Carriage Workers Getting New Start at EverGreen
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About 200 people lost their jobs when Carriage Inc. shut down, but there is good news as many of those workers have joined forces to form a new company.
WSBT, South Bend, reported that work is currently under way in Middlebury, Ind., to open a new company known as Lifestyle Luxury RV. It aims to make high-end fifth wheel travel trailers at a vacant factory. The driving force behind the new company is a good number of people who used to work at Carriage in Millersburg, including Greg Kitson who worked at the company for nearly 20 years.
“We have a lot of people on board that have a lot of years of service, a lot of expertise in what they do and great people,” said Kitson. “They are the most loyal people.”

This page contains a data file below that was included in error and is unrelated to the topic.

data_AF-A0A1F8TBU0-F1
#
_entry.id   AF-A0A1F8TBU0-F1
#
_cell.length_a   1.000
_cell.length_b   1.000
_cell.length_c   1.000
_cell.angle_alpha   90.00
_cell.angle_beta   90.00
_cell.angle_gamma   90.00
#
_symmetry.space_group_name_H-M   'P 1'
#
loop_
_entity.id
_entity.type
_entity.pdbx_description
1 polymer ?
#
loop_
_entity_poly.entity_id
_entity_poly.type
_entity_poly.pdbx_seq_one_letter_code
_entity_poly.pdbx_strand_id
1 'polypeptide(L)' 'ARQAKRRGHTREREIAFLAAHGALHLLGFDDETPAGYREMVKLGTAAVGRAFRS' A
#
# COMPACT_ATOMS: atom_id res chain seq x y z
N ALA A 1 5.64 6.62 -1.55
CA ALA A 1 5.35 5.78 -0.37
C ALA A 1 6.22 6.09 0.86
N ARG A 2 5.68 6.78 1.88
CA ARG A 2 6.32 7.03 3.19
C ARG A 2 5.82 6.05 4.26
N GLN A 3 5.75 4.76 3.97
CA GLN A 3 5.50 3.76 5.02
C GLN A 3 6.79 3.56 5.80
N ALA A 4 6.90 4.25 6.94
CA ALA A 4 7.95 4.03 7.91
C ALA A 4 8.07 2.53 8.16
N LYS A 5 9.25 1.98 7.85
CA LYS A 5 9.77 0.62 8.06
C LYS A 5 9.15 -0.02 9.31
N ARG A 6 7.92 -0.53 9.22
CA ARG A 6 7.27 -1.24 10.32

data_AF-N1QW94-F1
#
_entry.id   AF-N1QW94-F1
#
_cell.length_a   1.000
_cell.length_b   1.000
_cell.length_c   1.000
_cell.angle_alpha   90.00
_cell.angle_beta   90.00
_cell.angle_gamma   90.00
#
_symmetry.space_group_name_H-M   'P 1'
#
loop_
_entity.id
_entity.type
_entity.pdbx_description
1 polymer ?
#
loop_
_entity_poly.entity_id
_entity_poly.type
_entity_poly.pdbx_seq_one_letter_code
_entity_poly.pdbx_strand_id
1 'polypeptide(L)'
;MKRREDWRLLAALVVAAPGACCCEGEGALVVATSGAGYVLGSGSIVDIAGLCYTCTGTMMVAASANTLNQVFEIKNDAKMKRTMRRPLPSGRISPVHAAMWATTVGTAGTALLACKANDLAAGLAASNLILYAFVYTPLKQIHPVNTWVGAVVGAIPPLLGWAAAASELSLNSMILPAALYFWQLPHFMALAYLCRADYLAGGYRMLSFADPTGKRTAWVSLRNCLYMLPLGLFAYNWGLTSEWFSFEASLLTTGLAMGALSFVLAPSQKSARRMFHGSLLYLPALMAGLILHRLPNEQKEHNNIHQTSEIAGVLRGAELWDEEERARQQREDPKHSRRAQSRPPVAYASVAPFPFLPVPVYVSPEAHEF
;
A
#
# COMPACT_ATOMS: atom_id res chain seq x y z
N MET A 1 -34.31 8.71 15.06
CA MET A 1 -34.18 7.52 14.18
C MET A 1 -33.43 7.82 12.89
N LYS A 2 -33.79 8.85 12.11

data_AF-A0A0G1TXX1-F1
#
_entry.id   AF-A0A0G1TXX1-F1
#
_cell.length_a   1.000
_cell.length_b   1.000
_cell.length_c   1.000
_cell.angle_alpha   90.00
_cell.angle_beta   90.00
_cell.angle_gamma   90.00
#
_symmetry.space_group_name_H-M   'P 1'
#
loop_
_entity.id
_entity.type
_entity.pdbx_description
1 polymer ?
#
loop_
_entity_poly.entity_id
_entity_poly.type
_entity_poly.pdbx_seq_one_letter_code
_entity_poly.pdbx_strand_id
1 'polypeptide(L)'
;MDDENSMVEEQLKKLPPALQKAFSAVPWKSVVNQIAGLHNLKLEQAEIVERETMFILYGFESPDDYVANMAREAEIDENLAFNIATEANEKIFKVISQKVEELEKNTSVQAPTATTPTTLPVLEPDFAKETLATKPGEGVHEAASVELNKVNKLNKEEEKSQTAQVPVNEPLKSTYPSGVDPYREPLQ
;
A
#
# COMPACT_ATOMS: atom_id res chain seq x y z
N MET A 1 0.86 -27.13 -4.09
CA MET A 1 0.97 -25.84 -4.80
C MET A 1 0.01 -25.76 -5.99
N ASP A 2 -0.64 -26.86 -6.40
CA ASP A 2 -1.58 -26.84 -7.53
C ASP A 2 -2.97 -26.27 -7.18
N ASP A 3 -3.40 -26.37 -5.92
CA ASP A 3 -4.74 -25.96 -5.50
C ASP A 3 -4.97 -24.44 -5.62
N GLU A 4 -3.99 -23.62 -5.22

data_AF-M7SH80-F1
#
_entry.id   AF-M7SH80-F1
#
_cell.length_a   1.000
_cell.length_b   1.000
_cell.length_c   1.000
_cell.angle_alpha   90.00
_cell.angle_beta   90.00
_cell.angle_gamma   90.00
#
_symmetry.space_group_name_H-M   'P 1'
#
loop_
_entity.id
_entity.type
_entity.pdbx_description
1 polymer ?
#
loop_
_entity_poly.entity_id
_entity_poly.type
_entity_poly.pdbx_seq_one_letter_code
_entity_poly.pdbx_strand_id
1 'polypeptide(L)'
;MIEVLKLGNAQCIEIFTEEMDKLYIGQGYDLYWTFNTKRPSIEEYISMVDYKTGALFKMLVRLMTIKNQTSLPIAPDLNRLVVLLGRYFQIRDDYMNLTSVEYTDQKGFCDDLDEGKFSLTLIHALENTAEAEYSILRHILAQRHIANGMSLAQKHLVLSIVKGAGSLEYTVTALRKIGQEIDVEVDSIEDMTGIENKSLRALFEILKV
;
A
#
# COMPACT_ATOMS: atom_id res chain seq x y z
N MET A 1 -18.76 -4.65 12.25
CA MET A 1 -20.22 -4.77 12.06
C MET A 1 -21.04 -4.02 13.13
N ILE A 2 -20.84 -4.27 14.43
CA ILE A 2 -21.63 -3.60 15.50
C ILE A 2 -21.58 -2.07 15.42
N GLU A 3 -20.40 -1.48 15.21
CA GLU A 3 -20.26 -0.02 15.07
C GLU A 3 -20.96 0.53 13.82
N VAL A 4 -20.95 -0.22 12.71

Kitson, along with other former Carriage employees, developed an idea to keep that workforce together and help develop a new company.
“We had a plan and a vision,” he said.
As a group, they approached Evergreen Recreational Vehicles LLC, which has been in business for three years and makes towable RVs. They proposed teaming up with Evergreen to create a new division, to make high-end fifth wheels. Evergreen already had plans to get into luxury fifth-wheels within the next 18 months.
“We were impressed with their cohesiveness,” said Michael Schoeffler, CEO of Evergreen RV. “They had the same values, the same type of business principles that we have as a company, and then they approached us within a week’s time. We put together a plan, hired them, and kicked the program off.”
Lifestyle Luxury RV will be a separate division, operated by mostly former Carriage employees under Evergreen.
For the former Carriage employees and Evergreen, it is a win-win situation. They will have a new product line and a new beginning for some with high hopes for the future.
“Carriage was a great place to work and a great bunch of people,” said Dana Everage, a former Carriage employee. “I am sure we can make this even better.”
They recently purchased 100,000 square foot vacant factory and will spend upwards of $2.5 million on improving the plant.